testified that as he approached the defendant he saw him throw a silver colored object into the weeds about 2 or 3 feet away. Hunt went to the area and picked up a cigarette lighter which he identified at the trial as the lighter he retrieved from the weeds. He searched the area and found no other shiny objects.
State v. Allen, 183 Neb. 831, 832, 164 N.W.2d 662, 663 (1969).  Occasionally the shiny object is a spent cartridge in the grass, and a couple of time it is smuggled emeralds.  Only in one instance (of 49 cases where the phrase crops up in Westlaw) are the shiny objects metaphorical, in a case where the prosecutor in closing warns that the apparent contradictions cited by the defense are just “shiny objects:”
Trying to have shiny objects on the edge that you’ll focus your attention to instead of where it needs to be on what happened.
People v. Ring, 298074, 2011 WL 4104959 (Mich. Ct. App. Sept. 15, 2011)

Watch this Space

Will be posting, I hope later today, about the McDaniel election challenge. Lots to digest and much is occurring that is not the internet.

Last night was a crazy dream, right?

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Big Gay Ice Cream Truck comes to Oxford

New York’s Big Gay Ice Cream Truck is a pioneer and national award winner in the food truck business. They’re doing a Southern Tour, hitting North Carolina, Atlanta (yesterday & today), Birmingham (tomorrow, near Highlands at Five Points), and then Oxford outside Big Bad Breakfast on Friday afternoon. They are writing about the Southern tour on their blog.  I’ve heard great things about them, including the offerings on the Southern tour, and intend to check it out.  Southern Foodways describes some options:

Big Gay Ice Cream will be serving in the Big Bad Breakfast parking lot, 2 pm-10 pm. You’ve got 48 hrs to decide between the Salty Pimp, the Bea Arthur, and the Godzilla.

Here’s their description:

Does today’s MissSupCt sentencing opinion preview part of McDaniel opinion?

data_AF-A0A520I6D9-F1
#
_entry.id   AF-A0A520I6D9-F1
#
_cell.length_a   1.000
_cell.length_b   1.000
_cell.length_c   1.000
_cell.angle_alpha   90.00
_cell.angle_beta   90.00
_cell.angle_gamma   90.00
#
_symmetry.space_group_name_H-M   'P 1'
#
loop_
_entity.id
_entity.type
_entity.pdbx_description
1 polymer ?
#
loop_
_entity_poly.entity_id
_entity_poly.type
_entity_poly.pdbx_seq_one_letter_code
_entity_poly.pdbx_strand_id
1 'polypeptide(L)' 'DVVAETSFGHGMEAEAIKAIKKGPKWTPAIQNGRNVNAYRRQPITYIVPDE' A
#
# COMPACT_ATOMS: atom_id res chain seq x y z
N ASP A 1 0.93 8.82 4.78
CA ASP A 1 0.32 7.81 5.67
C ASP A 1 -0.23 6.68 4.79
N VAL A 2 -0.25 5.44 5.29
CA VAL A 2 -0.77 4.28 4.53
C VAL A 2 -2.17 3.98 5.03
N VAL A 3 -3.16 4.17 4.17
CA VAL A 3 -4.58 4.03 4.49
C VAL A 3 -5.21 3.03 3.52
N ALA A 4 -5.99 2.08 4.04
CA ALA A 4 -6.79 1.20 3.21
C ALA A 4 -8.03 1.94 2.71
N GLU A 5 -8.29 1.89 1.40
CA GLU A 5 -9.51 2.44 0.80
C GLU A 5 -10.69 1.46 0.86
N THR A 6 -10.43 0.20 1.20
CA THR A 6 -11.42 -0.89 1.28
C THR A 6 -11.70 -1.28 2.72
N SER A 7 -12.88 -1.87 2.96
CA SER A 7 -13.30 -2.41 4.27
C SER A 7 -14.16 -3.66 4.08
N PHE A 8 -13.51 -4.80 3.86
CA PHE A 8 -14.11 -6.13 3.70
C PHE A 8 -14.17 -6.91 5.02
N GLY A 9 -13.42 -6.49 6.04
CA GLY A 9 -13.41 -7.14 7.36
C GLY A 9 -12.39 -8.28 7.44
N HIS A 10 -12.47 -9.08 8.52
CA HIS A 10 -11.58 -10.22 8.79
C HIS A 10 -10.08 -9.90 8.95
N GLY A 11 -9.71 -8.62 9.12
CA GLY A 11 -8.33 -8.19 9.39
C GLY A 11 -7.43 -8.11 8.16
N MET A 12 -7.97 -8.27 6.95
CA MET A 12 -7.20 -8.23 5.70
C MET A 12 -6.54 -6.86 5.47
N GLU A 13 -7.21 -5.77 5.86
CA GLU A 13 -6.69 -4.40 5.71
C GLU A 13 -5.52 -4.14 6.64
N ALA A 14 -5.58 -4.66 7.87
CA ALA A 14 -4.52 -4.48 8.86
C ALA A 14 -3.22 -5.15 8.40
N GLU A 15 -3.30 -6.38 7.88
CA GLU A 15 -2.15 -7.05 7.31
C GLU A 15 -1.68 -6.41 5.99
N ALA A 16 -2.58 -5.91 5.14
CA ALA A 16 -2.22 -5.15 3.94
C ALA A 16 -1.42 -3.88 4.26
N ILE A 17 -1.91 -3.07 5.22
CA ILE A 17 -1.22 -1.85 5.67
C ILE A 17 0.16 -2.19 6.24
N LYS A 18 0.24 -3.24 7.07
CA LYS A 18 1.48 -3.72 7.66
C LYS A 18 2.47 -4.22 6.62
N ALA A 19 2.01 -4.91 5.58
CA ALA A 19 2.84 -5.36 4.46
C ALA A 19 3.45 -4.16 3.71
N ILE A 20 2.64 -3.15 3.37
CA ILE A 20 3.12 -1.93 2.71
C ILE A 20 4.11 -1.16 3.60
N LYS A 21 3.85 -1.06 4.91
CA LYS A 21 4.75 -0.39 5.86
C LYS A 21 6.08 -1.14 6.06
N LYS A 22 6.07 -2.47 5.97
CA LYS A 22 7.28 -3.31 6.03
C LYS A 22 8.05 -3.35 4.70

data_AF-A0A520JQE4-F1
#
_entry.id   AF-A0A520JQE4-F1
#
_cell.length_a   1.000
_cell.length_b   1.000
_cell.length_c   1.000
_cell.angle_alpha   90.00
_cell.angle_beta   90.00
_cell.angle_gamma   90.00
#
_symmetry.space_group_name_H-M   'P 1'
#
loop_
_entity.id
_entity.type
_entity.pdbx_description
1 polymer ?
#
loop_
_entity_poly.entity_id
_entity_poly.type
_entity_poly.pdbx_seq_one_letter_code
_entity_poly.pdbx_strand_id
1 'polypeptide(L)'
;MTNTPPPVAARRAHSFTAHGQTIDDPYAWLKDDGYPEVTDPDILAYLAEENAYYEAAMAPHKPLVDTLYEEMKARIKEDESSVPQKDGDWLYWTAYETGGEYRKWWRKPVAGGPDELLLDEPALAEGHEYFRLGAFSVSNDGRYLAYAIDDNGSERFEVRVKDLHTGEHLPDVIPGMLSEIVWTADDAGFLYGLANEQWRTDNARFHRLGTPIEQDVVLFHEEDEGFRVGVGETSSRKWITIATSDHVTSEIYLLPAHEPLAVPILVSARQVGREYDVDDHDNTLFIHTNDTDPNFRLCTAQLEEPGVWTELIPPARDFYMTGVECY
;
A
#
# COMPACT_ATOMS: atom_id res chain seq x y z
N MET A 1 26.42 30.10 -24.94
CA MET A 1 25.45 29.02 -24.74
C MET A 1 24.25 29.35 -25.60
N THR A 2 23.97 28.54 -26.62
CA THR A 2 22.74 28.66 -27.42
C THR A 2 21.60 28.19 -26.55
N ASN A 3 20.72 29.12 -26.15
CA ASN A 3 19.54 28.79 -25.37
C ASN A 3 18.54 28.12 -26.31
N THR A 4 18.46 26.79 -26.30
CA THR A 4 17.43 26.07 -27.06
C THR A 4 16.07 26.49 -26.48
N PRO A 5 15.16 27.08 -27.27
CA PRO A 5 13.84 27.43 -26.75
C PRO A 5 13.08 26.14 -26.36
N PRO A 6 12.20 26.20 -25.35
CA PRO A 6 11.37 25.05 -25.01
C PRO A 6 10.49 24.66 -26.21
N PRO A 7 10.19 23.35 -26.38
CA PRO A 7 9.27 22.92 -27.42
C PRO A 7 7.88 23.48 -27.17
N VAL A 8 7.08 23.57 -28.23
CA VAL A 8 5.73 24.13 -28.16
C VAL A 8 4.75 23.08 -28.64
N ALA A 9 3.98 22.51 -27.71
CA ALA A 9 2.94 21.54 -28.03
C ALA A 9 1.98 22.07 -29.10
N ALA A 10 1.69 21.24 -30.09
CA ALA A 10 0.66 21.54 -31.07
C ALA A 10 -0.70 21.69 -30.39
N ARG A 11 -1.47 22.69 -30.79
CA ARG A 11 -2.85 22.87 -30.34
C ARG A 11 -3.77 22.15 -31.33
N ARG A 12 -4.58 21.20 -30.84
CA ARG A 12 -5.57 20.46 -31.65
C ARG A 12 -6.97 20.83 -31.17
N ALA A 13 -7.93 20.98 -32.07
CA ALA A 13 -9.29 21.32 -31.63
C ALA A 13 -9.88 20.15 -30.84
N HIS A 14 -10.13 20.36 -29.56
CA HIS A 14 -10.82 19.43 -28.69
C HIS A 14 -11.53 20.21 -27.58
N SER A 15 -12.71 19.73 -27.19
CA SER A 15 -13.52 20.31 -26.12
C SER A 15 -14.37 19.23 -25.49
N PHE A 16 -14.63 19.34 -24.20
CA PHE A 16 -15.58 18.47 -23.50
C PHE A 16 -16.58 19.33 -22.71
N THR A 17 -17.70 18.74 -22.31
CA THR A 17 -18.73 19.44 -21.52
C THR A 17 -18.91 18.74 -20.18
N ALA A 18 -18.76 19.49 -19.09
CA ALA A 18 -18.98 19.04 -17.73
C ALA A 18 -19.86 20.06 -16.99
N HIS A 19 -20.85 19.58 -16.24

In the oral argument for the McDaniel senate election challenge, Justice Coleman’s questions were all directed to a extraordinarily narrow view of appropriate statutory construction, a view that seemed to go to the point of refusing to make sense out of what the legislature had done and applying a restrictive and extremely literal approach. His questions also suggested that he viewed this as essentially constitutionally dictated.

A sentencing opinion today in the Mississippi Supreme Court raises some of these issues.

There is a old and familiar rule in criminal sentencing that, where a statute has two sentencing options for the jury– a life sentence imposed by the jury or a term of greater than x imposed by the judge– and the jury rejects a life sentence, the judge is limited to some extent by the life expectancy of the defendant in the length of sentence, because of the jury’s rejection of the life sentence.

Justice Coleman is having none of it, because he says that it is something the court has written into the statute. Justice King responds that if all statutes were unambiguous and spoke clearly, there would be no need for judges.

In rejecting the rule, Justice Coleman specifically refuses to accept the concept that, where a later legislature readopts the statute without speaking to the construction, the legislature was presumed to have accepted it. He also gives the back of his hand to stare decisis.

Seems to me to speak pretty clearly what is on his mind about issues arising in the McDaniel challenge. Of course that is just one vote of six or possibly seven who are sitting on the case.

Lafayette County Bar to sponsor judicial candidate forum October 21st

The Lafayette County Bar will hold a judicial candidate forum on October 21, 2014 at Boure starting at 4PM. All judicial candidates on the ballot in Lafayette County are invited, which means three candidates for a circuit post, three for a chancery post, and two for a second chancery post. Judge Jimmy Maxwell of the Court of Appeals will moderate. The LCBA is going to seek an hour of CLE credit for the forum, and is charging $15 to attend, to cover appetizers and the CLE credit. There will be a cash bar.

They are inviting questions in advance and asking they be designated as relating to chancery or circuit practice. If you want to ask a question, they are asking they be submitted to Samantha Weathersby, the local bar treasurer, by 5PM on October 20, 2014. I will provide her email on request and the form for registering; just drop me an email or provide your email in comments.